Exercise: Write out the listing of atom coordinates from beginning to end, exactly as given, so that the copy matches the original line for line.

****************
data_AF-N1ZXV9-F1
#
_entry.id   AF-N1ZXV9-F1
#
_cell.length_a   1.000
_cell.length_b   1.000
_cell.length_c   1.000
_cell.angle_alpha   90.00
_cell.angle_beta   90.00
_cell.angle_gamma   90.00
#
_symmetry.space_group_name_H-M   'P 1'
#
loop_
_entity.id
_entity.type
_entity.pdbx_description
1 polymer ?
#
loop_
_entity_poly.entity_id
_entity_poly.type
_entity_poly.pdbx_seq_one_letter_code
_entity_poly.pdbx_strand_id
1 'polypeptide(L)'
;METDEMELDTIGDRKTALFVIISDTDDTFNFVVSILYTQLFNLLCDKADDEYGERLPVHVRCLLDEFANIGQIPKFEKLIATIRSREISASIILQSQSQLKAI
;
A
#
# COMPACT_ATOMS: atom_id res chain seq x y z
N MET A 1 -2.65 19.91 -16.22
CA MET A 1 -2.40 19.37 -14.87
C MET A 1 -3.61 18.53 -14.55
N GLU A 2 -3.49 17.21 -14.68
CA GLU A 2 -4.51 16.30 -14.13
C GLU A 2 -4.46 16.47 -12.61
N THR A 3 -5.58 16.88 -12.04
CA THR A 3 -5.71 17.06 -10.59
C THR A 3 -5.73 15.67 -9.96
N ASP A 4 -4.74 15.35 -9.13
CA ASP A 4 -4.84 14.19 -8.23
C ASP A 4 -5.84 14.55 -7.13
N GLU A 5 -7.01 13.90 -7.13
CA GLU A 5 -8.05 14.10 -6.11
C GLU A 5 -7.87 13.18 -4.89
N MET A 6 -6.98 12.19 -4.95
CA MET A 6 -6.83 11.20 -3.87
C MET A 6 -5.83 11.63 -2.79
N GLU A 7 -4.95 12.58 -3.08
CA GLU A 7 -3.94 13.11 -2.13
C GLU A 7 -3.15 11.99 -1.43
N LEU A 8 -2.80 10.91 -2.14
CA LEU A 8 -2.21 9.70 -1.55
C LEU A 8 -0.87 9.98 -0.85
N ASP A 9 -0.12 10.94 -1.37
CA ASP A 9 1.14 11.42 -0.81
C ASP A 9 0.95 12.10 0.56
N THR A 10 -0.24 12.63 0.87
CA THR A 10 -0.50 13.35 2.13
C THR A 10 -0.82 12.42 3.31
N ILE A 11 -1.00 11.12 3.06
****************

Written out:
data_AF-N1ZXV9-F1
#
_entry.id   AF-N1ZXV9-F1
#
_cell.length_a   1.000
_cell.length_b   1.000
_cell.length_c   1.000
_cell.angle_alpha   90.00
_cell.angle_beta   90.00
_cell.angle_gamma   90.00
#
_symmetry.space_group_name_H-M   'P 1'
#
loop_
_entity.id
_entity.type
_entity.pdbx_description
1 polymer ?
#
loop_
_entity_poly.entity_id
_entity_poly.type
_entity_poly.pdbx_seq_one_letter_code
_entity_poly.pdbx_strand_id
1 'polypeptide(L)'
;METDEMELDTIGDRKTALFVIISDTDDTFNFVVSILYTQLFNLLCDKADDEYGERLPVHVRCLLDEFANIGQIPKFEKLIATIRSREISASIILQSQSQLKAI
;
A
#
# COMPACT_ATOMS: atom_id res chain seq x y z
N MET A 1 -2.65 19.91 -16.22
CA MET A 1 -2.40 19.37 -14.87
C MET A 1 -3.61 18.53 -14.55
N GLU A 2 -3.49 17.21 -14.68
CA GLU A 2 -4.51 16.30 -14.13
C GLU A 2 -4.46 16.47 -12.61
N THR A 3 -5.58 16.88 -12.04
CA THR A 3 -5.71 17.06 -10.59
C THR A 3 -5.73 15.67 -9.96
N ASP A 4 -4.74 15.35 -9.13
CA ASP A 4 -4.84 14.19 -8.23
C ASP A 4 -5.84 14.55 -7.13
N GLU A 5 -7.01 13.90 -7.13
CA GLU A 5 -8.05 14.10 -6.11
C GLU A 5 -7.87 13.18 -4.89
N MET A 6 -6.98 12.19 -4.95
CA MET A 6 -6.83 11.20 -3.87
C MET A 6 -5.83 11.63 -2.79
N GLU A 7 -4.95 12.58 -3.08
CA GLU A 7 -3.94 13.11 -2.13
C GLU A 7 -3.15 11.99 -1.43
N LEU A 8 -2.80 10.91 -2.14
CA LEU A 8 -2.21 9.70 -1.55
C LEU A 8 -0.87 9.98 -0.85
N ASP A 9 -0.12 10.94 -1.37
CA ASP A 9 1.14 11.42 -0.81
C ASP A 9 0.95 12.10 0.56
N THR A 10 -0.24 12.63 0.87
CA THR A 10 -0.50 13.35 2.13
C THR A 10 -0.82 12.42 3.31
N ILE A 11 -1.00 11.12 3.06